Friday, May 21, 2010

Thinking about Inculturation

A recent post on the NLM showed some fine historical examples of inculturation. It was good to be reminded of the Church's long-standing concern for inculturation, especially in the mission field, because there is perhaps a tendency to think that inculturation is a novelty. For, although the terminology is recent, the actual act of inculturation, or whatever one might wish to call it, is far older, and I would argue, of the essence in liturgical studies. Moreover, lest we think it only pertains to exotic missionary lands, in a broader sense, the entire world is 'missionary' territory.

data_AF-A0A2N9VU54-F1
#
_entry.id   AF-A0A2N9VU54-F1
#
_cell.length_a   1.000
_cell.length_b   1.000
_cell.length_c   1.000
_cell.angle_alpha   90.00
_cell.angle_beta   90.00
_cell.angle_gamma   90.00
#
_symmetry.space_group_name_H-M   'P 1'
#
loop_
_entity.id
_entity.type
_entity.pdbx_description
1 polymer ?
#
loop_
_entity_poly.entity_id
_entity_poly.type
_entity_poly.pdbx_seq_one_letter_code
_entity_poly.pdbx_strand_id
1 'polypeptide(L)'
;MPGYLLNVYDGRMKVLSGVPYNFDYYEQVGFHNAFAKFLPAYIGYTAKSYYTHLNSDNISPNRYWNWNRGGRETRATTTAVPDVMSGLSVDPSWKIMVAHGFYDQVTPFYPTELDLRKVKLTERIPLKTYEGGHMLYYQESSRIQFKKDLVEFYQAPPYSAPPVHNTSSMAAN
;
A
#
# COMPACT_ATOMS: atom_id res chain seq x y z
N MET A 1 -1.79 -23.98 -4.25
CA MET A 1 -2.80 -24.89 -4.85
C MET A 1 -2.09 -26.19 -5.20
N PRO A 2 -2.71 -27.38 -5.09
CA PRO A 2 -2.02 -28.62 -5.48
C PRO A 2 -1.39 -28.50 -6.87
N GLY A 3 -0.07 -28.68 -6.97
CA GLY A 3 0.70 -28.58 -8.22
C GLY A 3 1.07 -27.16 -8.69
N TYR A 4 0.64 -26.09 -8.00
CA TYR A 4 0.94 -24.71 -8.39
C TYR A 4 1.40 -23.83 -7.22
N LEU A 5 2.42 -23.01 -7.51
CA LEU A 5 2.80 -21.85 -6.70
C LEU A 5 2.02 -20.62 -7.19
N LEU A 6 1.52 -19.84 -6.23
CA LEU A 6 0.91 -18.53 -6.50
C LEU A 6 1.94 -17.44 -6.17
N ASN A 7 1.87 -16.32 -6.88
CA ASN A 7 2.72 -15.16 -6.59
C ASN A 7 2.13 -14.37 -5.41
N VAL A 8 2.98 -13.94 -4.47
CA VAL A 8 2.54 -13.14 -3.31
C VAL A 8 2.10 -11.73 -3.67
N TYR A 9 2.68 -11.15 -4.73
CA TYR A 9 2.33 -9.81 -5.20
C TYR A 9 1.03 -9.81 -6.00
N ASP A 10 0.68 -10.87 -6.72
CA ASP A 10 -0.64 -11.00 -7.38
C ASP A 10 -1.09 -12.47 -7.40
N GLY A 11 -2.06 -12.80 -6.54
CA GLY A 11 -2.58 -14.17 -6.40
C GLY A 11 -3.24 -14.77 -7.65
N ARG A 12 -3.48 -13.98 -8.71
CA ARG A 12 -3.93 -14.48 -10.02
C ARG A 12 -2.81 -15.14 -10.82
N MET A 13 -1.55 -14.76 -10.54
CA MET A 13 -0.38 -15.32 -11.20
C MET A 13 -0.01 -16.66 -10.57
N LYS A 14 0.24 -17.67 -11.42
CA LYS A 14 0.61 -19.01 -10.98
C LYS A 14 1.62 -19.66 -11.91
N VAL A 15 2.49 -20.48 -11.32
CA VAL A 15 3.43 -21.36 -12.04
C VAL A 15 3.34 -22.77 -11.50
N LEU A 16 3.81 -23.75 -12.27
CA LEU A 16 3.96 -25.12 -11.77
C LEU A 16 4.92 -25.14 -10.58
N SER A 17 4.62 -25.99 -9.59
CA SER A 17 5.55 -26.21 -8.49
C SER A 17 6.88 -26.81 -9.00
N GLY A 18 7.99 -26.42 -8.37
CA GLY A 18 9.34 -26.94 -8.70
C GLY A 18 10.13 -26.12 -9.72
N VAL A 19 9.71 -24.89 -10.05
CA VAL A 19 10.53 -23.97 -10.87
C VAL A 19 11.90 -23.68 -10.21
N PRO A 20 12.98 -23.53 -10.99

So, the Congregation for Divine Worship & Discipline of the Sacraments, in its 1994 document on inculturation, Varietate Legitimæ, traces the origin of inculturation to nothing less than the Incarnation of Our Lord. And so, Redemptoris Missio, defines it thus: "By inculturation, the Church makes the Gospel incarnate in different cultures and at the same time introduces peoples, together with their cultures, into her own community." The Vatican II decree Ad Gentes said that “the incarnation of Christ [is] the pattern of encounter between the Church and culture”. The analogy being drawn here seems to be that in the hypostatic union of Jesus Christ, we have a pattern for inculturation, which is conceived of as a 'union' of divine and human elements. So, Chupungco comments that "the liturgy is not merely adapted; it is, as it were, hypostatically united with the traditions and culture of the local Church. In short, it is incarnated". In so far as the Liturgy is a cultural artefact, then, it seems that inculturation is inevitable.